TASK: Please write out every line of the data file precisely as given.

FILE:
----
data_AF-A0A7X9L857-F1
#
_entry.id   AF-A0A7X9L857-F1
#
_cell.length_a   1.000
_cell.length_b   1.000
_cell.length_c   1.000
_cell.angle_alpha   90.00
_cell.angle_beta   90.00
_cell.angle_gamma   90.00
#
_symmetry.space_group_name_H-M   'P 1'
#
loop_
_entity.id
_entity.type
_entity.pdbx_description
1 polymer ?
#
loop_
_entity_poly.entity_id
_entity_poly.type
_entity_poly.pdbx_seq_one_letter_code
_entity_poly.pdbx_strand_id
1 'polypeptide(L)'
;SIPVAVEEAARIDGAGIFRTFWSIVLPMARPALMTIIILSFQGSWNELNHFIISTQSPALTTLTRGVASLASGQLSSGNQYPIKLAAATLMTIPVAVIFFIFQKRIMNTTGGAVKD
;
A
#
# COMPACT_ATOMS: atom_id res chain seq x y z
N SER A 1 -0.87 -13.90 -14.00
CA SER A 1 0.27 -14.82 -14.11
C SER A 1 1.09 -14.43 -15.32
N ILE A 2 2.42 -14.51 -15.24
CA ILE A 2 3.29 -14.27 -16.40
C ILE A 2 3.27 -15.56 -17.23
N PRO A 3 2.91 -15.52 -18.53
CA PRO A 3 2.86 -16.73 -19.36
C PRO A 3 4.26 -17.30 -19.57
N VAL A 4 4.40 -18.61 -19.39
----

data_AF-A0A7X9L857-F1
#
_entry.id   AF-A0A7X9L857-F1
#
_cell.length_a   1.000
_cell.length_b   1.000
_cell.length_c   1.000
_cell.angle_alpha   90.00
_cell.angle_beta   90.00
_cell.angle_gamma   90.00
#
_symmetry.space_group_name_H-M   'P 1'
#
loop_
_entity.id
_entity.type
_entity.pdbx_description
1 polymer ?
#
loop_
_entity_poly.entity_id
_entity_poly.type
_entity_poly.pdbx_seq_one_letter_code
_entity_poly.pdbx_strand_id
1 'polypeptide(L)'
;SIPVAVEEAARIDGAGIFRTFWSIVLPMARPALMTIIILSFQGSWNELNHFIISTQSPALTTLTRGVASLASGQLSSGNQYPIKLAAATLMTIPVAVIFFIFQKRIMNTTGGAVKD
;
A
#
# COMPACT_ATOMS: atom_id res chain seq x y z
N SER A 1 -0.87 -13.90 -14.00
CA SER A 1 0.27 -14.82 -14.11
C SER A 1 1.09 -14.43 -15.32
N ILE A 2 2.42 -14.51 -15.24
CA ILE A 2 3.29 -14.27 -16.40
C ILE A 2 3.27 -15.56 -17.23
N PRO A 3 2.91 -15.52 -18.53
CA PRO A 3 2.86 -16.73 -19.36
C PRO A 3 4.26 -17.30 -19.57
N VAL A 4 4.40 -18.61 -19.39